McNamara goes casual for forum at Ottawa TavernWritten by Bailey G. Dick | | firstname.lastname@example.org
In the first five minutes of his time at Ottawa Tavern speaking to voters on Aug. 13, mayoral candidate Joe McNamara spoke of his time working as a singing waiter, as well as beer and one of his dogs’ intestinal issues.
McNamara’s much more casual approach to at least the beginning of the event was the kind of talk you would hear typically at a bar like the Ottawa Tavern, where McNamara was the featured candidate in the bar’s latest installment of its Political Parties series.
McNamara said he was taking pointers from his wife, who told him that he would “win the election, hands down, if [voters] knew how funny you were.” Thus, McNamara told bar-goers that the three things he loves most in life are “beer, my dogs and my wife.”
He regaled voters with tales of his home brewing hobby, noting that he has given fellow City Councilmen a sample of his brews “after a tough night on Council.”
“Beer is a lot like government. Both beer and government have been around since the dawn of civilization, but they’re always being tweaked and there’s many different versions. Having good leaders in government and good brewers in beer gives you a better product in both,” McNamara said. “I want to brew the best Toledo possible.”
McNamara covered a number of changes he hopes to make to the city, and fielded a number of questions from attendees, some of whom were self-professed supporters.
First on his agenda was a plan for economic development, focused on five key improvements: conducting a nationwide search for a qualified economic development director, increasing local preference for city jobs, constructing a recycling plant to process the city’s recyclable waste instead of transporting it to Ann Arbor, improving energy efficiency of local homes, and implementing something similar to Cleveland’s Evergreen Cooperative, which creates jobs at institutions which anchor the communities most in need of jobs.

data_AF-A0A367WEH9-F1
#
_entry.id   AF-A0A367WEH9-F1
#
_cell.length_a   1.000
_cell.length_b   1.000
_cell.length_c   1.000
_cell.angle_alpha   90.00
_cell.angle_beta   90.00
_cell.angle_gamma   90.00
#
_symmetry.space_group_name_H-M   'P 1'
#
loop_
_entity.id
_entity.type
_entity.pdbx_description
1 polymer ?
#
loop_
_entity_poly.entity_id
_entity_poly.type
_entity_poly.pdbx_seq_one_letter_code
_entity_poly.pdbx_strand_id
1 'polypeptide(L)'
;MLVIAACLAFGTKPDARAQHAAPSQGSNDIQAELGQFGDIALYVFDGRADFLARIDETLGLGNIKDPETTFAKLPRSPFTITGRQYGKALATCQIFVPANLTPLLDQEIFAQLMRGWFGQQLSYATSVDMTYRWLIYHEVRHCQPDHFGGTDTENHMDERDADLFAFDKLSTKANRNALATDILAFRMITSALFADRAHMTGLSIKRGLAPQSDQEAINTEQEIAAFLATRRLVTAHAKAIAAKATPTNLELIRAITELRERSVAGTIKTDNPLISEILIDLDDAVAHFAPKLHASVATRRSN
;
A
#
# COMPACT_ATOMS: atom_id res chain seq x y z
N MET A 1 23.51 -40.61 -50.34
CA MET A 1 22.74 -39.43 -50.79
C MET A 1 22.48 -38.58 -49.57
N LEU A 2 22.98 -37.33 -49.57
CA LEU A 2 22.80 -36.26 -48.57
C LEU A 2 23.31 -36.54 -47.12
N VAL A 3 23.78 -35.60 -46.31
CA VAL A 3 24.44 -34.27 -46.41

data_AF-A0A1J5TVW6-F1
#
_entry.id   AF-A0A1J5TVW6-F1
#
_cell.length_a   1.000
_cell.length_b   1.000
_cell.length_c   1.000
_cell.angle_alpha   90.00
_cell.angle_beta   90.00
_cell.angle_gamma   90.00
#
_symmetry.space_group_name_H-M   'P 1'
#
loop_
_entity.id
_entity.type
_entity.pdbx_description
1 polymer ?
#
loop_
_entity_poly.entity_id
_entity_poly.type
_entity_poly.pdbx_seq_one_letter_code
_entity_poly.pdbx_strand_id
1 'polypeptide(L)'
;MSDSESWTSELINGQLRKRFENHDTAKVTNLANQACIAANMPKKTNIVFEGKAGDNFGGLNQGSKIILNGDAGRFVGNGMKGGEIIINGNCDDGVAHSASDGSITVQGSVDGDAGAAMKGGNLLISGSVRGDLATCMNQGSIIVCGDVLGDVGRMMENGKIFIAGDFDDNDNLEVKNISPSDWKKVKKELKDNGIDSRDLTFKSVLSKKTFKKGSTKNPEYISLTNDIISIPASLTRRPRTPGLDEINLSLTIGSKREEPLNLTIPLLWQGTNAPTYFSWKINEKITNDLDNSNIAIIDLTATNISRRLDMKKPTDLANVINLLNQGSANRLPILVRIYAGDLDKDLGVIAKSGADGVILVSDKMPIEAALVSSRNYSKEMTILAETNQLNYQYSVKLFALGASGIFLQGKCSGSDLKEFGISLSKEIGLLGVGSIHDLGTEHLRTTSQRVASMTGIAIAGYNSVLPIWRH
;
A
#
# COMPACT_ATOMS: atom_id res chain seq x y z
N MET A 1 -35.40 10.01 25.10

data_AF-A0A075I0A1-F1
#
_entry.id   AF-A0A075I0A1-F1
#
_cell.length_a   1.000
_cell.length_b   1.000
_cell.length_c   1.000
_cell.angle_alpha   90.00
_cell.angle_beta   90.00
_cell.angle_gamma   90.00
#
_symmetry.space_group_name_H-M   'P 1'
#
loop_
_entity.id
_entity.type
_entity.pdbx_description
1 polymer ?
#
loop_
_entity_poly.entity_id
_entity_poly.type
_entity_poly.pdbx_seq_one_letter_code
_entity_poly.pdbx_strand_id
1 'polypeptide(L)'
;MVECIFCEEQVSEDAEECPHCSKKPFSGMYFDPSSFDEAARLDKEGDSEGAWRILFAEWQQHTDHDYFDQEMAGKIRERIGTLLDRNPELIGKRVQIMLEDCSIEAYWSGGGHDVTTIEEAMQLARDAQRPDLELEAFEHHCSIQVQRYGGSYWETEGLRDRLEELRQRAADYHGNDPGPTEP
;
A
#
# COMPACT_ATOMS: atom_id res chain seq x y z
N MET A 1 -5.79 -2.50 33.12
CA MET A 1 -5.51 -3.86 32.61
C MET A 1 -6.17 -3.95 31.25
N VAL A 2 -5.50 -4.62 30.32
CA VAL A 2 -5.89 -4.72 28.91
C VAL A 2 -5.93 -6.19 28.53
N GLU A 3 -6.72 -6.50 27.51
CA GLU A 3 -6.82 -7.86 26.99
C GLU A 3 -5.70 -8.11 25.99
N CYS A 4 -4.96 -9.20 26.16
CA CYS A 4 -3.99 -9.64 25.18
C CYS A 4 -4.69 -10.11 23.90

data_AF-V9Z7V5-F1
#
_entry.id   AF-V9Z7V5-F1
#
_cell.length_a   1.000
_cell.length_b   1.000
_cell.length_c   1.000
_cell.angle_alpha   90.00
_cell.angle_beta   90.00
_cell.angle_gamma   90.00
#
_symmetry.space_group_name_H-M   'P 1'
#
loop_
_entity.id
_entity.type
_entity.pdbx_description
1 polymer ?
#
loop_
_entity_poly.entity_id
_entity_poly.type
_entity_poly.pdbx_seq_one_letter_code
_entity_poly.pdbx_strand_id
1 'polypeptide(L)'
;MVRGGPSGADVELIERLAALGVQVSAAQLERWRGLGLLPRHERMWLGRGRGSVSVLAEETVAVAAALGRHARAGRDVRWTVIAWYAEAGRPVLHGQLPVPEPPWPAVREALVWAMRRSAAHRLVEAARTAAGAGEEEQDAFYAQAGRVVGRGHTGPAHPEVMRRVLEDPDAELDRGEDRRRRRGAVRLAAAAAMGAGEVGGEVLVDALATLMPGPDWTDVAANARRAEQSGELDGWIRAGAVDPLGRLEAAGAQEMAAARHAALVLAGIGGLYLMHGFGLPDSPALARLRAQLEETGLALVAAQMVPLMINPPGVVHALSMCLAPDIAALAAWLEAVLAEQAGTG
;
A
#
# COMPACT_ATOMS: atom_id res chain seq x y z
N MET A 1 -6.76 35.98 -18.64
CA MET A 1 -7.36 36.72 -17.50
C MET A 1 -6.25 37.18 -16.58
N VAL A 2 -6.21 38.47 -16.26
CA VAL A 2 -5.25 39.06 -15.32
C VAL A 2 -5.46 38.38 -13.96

McNamara said his main priority is raising the median income of Toledoans.
“That by far has got to be the biggest goal of the mayor of Toledo,” he said. “Doing that is what most promotes a healthy community.”
His other main focus: crime.
“Crime is obviously the second biggest issue in this race, in terms of being on the minds of voters,” McNamara said.
He said the CeaseFire model, which has been used in Chicago and is a way for law enforcement to identify the gang members most likely to commit crimes, is something he is interested in implementing in the city.
“Research shows that a very small population is responsible for a largest chunk of the violence. And the model treats violence as a disease that can be treated and cured,” McNamara said.
He also noted that he was in favor of hiring more police officers, as well as re-opening the Northwest District police station.
“I am a big proponent of neighborhood police and fire stations,” he said. “Neighbors and neighborhoods like being near police and fire stations.”
McNamara also faced a slew of tough questions, some of which came from a new source this week: Twitter.
Ottawa Tavern staffers read questions asked via the bar’s Twitter account. While the option of tweeted questions has been an option at each installment of the Political Parties series, this was the first event where followers actually sent in questions for the candidate.
McNamara answered questions from in-person voters as well, who asked several clarifying questions about the plan he laid out that evening. They also quizzed McNamara on his positions on tough issues, including a mailer he sent out that questioned fellow candidate and Auditor Anita Lopez’s choices while in office.
One self-proclaimed supporter of McNamara’s asked if the City Councilman was trying to convince voters to vote for him, or just not for Lopez.
“I think I’ve been the most substantive candidate in the race,” McNamara said. “Elections are about choices, and you need to explain how you’re different from other candidates. And I think ethics is a big part of public service. … I think ethics are very important and that’s what that mail piece was about.”
McNamara also answered voters’ questions about a number of issues, ranging from his voting stance on Right to Work laws to algae in Lake Erie to the increasing lack of access to abortion services in Toledo.
He also condemned the recent congressional redistricting, saying, “It has been bad for women, it has been bad for urban schools, it has been bad for Toledo.”
McNamara told voters that becoming Toledo’s next mayor would be a dream come true.
“There’s probably not a lot of people who get to say they’re doing their dream job. For me, public service is my dream job,” he said.
Next Tuesday, Mayor Mike Bell will be the next candidate to meet and greet with voters. Still to come are Anita Lopez (Aug. 27) and Opal Covey (Sept. 3).
Toledo Free Press and 1370 WSPD are media sponsors for the event.
For more information, visit www.otavern.com.